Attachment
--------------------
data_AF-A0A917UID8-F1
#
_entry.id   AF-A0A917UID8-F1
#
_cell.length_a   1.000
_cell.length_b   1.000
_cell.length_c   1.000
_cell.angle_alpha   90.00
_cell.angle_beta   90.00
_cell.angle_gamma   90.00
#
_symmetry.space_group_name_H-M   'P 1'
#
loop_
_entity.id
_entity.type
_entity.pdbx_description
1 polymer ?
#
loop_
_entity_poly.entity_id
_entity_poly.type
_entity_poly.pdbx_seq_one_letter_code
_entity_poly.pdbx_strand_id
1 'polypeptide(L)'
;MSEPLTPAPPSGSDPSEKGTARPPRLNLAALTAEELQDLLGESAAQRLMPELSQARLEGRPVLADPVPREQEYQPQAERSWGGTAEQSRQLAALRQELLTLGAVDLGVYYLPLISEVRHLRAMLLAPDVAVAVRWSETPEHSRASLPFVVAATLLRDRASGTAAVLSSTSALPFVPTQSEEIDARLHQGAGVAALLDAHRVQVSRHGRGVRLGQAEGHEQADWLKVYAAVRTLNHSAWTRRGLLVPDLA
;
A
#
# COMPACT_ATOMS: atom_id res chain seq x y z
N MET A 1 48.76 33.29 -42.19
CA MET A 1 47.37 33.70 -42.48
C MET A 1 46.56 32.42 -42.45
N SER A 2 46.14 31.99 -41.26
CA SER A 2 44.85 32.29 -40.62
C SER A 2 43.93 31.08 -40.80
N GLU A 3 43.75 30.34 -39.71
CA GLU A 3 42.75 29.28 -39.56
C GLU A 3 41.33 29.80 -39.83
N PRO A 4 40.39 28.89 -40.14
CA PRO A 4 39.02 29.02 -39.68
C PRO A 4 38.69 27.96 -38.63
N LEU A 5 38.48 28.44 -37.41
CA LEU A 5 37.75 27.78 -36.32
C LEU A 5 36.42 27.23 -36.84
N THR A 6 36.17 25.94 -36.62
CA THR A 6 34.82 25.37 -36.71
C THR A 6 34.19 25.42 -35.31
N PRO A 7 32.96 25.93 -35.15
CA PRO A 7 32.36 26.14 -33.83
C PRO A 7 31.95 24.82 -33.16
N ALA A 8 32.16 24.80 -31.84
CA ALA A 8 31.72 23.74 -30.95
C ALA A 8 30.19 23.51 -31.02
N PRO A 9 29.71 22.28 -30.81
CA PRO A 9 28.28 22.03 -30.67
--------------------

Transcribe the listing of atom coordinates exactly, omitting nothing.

data_AF-A0A917UID8-F1
#
_entry.id   AF-A0A917UID8-F1
#
_cell.length_a   1.000
_cell.length_b   1.000
_cell.length_c   1.000
_cell.angle_alpha   90.00
_cell.angle_beta   90.00
_cell.angle_gamma   90.00
#
_symmetry.space_group_name_H-M   'P 1'
#
loop_
_entity.id
_entity.type
_entity.pdbx_description
1 polymer ?
#
loop_
_entity_poly.entity_id
_entity_poly.type
_entity_poly.pdbx_seq_one_letter_code
_entity_poly.pdbx_strand_id
1 'polypeptide(L)'
;MSEPLTPAPPSGSDPSEKGTARPPRLNLAALTAEELQDLLGESAAQRLMPELSQARLEGRPVLADPVPREQEYQPQAERSWGGTAEQSRQLAALRQELLTLGAVDLGVYYLPLISEVRHLRAMLLAPDVAVAVRWSETPEHSRASLPFVVAATLLRDRASGTAAVLSSTSALPFVPTQSEEIDARLHQGAGVAALLDAHRVQVSRHGRGVRLGQAEGHEQADWLKVYAAVRTLNHSAWTRRGLLVPDLA
;
A
#
# COMPACT_ATOMS: atom_id res chain seq x y z
N MET A 1 48.76 33.29 -42.19
CA MET A 1 47.37 33.70 -42.48
C MET A 1 46.56 32.42 -42.45
N SER A 2 46.14 31.99 -41.26
CA SER A 2 44.85 32.29 -40.62
C SER A 2 43.93 31.08 -40.80
N GLU A 3 43.75 30.34 -39.71
CA GLU A 3 42.75 29.28 -39.56
C GLU A 3 41.33 29.80 -39.83
N PRO A 4 40.39 28.89 -40.14
CA PRO A 4 39.02 29.02 -39.68
C PRO A 4 38.69 27.96 -38.63
N LEU A 5 38.48 28.44 -37.41
CA LEU A 5 37.75 27.78 -36.32
C LEU A 5 36.42 27.23 -36.84
N THR A 6 36.17 25.94 -36.62
CA THR A 6 34.82 25.37 -36.71
C THR A 6 34.19 25.42 -35.31
N PRO A 7 32.96 25.93 -35.15
CA PRO A 7 32.36 26.14 -33.83
C PRO A 7 31.95 24.82 -33.16
N ALA A 8 32.16 24.80 -31.84
CA ALA A 8 31.72 23.74 -30.95
C ALA A 8 30.19 23.51 -31.02
N PRO A 9 29.71 22.28 -30.81
CA PRO A 9 28.28 22.03 -30.67